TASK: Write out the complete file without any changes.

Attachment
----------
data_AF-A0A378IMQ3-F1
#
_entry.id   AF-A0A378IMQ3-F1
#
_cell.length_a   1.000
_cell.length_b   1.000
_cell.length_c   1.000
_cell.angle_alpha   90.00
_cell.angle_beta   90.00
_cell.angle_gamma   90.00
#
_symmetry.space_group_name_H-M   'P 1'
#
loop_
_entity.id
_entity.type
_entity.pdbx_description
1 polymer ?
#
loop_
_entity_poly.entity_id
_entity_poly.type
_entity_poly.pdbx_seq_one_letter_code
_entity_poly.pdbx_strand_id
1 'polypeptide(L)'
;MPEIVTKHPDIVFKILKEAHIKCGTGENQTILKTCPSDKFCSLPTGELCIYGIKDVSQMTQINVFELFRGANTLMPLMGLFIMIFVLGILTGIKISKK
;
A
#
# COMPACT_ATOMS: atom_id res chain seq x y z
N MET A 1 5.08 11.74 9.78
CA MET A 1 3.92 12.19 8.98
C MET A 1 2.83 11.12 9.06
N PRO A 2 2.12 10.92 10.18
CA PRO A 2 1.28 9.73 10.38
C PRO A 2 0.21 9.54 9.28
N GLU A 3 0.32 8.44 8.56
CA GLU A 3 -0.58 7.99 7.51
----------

data_AF-A0A378IMQ3-F1
#
_entry.id   AF-A0A378IMQ3-F1
#
_cell.length_a   1.000
_cell.length_b   1.000
_cell.length_c   1.000
_cell.angle_alpha   90.00
_cell.angle_beta   90.00
_cell.angle_gamma   90.00
#
_symmetry.space_group_name_H-M   'P 1'
#
loop_
_entity.id
_entity.type
_entity.pdbx_description
1 polymer ?
#
loop_
_entity_poly.entity_id
_entity_poly.type
_entity_poly.pdbx_seq_one_letter_code
_entity_poly.pdbx_strand_id
1 'polypeptide(L)'
;MPEIVTKHPDIVFKILKEAHIKCGTGENQTILKTCPSDKFCSLPTGELCIYGIKDVSQMTQINVFELFRGANTLMPLMGLFIMIFVLGILTGIKISKK
;
A
#
# COMPACT_ATOMS: atom_id res chain seq x y z
N MET A 1 5.08 11.74 9.78
CA MET A 1 3.92 12.19 8.98
C MET A 1 2.83 11.12 9.06
N PRO A 2 2.12 10.92 10.18
CA PRO A 2 1.28 9.73 10.38
C PRO A 2 0.21 9.54 9.28
N GLU A 3 0.32 8.44 8.56
CA GLU A 3 -0.58 7.99 7.51